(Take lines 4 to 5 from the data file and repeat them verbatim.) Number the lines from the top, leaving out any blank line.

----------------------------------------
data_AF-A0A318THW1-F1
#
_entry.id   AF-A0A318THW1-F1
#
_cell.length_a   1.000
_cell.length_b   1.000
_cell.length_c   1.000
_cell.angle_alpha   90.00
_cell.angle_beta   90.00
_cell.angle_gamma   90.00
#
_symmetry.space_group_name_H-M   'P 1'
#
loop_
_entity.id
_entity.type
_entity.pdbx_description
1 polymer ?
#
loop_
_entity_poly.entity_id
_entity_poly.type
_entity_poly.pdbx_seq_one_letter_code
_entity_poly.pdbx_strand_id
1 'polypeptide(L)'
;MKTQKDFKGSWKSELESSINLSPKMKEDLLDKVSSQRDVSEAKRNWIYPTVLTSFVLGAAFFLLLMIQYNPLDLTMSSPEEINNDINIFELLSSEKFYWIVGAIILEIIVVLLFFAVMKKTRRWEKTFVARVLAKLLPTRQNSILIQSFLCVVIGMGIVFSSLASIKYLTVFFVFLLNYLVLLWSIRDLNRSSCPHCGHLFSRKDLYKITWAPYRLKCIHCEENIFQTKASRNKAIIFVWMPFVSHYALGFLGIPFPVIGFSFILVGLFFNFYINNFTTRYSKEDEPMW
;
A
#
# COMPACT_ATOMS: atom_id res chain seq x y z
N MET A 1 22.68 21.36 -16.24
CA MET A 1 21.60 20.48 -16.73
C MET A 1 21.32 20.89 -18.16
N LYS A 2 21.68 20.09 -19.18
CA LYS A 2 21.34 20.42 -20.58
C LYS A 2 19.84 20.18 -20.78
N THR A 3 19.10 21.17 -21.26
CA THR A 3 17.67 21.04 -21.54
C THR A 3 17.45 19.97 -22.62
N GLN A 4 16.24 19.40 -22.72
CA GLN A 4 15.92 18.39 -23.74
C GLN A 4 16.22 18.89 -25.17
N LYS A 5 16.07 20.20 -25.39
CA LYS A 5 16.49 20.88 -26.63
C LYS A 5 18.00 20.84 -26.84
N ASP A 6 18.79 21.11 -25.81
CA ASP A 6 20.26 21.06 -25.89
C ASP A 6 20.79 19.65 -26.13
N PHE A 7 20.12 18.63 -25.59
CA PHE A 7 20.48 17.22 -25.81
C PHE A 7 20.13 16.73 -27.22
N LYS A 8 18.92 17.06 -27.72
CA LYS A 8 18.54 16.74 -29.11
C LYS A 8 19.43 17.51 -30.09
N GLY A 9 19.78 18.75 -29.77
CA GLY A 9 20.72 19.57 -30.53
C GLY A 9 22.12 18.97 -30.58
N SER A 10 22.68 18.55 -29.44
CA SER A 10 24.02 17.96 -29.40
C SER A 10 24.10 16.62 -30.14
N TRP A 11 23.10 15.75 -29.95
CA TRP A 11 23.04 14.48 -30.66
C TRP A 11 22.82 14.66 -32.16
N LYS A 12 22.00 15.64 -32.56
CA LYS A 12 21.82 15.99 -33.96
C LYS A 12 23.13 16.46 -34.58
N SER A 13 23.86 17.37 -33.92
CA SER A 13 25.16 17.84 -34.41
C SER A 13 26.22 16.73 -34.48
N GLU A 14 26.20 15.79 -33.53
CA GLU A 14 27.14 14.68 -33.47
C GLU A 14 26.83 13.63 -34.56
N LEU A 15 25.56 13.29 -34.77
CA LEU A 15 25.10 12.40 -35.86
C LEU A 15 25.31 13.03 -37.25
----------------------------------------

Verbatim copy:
#
_cell.length_a   1.000